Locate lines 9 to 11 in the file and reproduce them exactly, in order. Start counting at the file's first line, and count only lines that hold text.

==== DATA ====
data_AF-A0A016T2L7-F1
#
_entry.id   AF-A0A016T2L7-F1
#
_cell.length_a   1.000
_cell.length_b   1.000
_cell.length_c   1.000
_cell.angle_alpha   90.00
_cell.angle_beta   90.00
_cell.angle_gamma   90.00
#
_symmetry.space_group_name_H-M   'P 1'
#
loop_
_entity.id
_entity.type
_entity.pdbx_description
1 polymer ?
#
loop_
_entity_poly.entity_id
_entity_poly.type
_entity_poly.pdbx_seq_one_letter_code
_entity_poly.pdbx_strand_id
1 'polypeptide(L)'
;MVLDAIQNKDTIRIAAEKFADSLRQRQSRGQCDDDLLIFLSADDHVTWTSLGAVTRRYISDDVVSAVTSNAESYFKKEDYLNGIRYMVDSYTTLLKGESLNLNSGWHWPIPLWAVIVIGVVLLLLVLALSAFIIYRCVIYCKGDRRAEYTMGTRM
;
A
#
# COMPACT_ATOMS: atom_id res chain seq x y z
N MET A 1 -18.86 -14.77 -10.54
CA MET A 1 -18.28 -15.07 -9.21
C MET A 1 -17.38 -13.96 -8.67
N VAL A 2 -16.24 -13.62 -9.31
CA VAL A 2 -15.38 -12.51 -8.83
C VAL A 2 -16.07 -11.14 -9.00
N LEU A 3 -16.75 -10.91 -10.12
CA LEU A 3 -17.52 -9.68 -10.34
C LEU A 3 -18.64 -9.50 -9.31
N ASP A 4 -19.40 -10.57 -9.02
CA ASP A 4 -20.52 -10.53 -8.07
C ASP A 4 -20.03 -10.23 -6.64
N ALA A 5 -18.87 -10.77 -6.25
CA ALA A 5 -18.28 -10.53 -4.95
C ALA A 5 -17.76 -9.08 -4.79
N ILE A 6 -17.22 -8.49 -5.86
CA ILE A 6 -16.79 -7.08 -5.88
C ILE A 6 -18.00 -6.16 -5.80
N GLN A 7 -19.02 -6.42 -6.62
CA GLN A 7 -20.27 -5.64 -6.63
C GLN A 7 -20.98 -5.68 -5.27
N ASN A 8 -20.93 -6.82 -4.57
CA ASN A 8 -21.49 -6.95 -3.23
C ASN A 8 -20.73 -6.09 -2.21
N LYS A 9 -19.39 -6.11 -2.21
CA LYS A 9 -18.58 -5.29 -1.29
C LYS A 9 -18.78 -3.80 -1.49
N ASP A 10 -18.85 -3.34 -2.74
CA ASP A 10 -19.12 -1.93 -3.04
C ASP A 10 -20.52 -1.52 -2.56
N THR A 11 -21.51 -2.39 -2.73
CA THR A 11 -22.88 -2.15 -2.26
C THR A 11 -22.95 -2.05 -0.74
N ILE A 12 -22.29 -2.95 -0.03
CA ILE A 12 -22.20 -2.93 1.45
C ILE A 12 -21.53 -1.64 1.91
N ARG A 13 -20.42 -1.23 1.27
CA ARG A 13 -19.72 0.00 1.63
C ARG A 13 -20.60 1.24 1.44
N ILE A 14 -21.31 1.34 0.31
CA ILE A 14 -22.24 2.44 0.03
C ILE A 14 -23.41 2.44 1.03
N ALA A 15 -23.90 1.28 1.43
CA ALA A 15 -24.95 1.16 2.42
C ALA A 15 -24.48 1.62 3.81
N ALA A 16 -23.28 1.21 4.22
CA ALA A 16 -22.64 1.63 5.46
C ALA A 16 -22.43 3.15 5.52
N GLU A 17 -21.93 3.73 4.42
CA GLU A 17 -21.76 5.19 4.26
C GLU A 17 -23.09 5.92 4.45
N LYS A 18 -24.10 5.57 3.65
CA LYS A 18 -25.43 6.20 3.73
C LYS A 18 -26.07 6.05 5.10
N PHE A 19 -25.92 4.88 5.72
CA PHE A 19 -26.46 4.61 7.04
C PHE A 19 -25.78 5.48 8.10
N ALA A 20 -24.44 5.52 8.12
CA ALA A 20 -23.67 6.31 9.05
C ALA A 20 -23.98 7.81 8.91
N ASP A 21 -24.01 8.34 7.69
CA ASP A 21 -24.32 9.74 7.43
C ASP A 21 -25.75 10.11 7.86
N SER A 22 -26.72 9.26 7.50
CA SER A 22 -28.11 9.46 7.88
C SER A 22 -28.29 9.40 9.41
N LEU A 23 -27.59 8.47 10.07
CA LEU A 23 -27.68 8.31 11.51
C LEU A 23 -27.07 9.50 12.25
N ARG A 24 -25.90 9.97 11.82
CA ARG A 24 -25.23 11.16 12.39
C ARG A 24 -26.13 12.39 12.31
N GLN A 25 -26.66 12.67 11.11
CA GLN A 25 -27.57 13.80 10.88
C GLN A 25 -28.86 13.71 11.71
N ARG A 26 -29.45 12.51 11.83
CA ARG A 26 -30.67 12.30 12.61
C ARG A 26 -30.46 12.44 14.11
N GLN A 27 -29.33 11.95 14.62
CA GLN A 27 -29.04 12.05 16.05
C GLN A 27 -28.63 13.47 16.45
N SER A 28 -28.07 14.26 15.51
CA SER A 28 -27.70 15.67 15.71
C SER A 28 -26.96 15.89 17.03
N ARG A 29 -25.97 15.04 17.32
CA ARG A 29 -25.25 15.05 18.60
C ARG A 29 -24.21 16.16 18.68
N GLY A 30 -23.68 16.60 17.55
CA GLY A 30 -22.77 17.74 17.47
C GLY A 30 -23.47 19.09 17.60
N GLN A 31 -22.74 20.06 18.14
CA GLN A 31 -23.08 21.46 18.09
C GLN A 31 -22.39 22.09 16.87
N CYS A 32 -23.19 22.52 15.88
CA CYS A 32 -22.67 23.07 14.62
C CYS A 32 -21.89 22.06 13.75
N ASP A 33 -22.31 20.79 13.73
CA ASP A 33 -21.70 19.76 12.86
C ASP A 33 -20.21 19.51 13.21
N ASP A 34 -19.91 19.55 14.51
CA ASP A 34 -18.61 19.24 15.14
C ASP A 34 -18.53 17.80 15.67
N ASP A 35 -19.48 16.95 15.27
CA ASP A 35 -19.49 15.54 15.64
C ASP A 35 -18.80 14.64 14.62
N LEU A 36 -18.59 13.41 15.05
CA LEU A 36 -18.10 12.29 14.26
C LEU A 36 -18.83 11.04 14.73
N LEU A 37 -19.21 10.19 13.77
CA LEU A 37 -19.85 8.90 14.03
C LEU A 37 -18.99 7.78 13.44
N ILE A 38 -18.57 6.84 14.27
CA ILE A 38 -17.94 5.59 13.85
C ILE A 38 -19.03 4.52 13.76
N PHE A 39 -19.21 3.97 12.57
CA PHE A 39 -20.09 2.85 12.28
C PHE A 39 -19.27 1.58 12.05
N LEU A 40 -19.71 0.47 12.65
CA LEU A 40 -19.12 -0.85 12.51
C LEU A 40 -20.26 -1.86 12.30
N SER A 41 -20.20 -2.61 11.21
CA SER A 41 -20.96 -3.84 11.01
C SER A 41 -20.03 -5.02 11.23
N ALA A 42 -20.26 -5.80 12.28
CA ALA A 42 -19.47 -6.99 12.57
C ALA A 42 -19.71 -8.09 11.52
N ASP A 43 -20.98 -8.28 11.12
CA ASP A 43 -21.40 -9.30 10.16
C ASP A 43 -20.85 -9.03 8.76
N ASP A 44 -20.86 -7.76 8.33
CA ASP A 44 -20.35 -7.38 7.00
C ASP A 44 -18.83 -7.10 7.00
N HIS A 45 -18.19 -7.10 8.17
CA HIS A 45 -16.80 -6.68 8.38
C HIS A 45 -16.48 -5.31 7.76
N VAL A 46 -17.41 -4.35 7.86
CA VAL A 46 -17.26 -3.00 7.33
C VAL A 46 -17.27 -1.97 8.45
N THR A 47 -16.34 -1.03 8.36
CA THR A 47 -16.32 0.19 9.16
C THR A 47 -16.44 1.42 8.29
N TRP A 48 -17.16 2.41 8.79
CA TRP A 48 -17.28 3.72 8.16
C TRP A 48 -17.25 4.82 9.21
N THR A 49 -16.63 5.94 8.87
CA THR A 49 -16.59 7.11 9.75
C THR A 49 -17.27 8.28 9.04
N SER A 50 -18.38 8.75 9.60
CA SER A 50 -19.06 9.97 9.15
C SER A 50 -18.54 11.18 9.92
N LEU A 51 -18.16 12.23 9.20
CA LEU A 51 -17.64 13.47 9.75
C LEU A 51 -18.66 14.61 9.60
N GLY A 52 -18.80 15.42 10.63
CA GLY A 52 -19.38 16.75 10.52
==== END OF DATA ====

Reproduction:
_cell.angle_beta   90.00
_cell.angle_gamma   90.00
#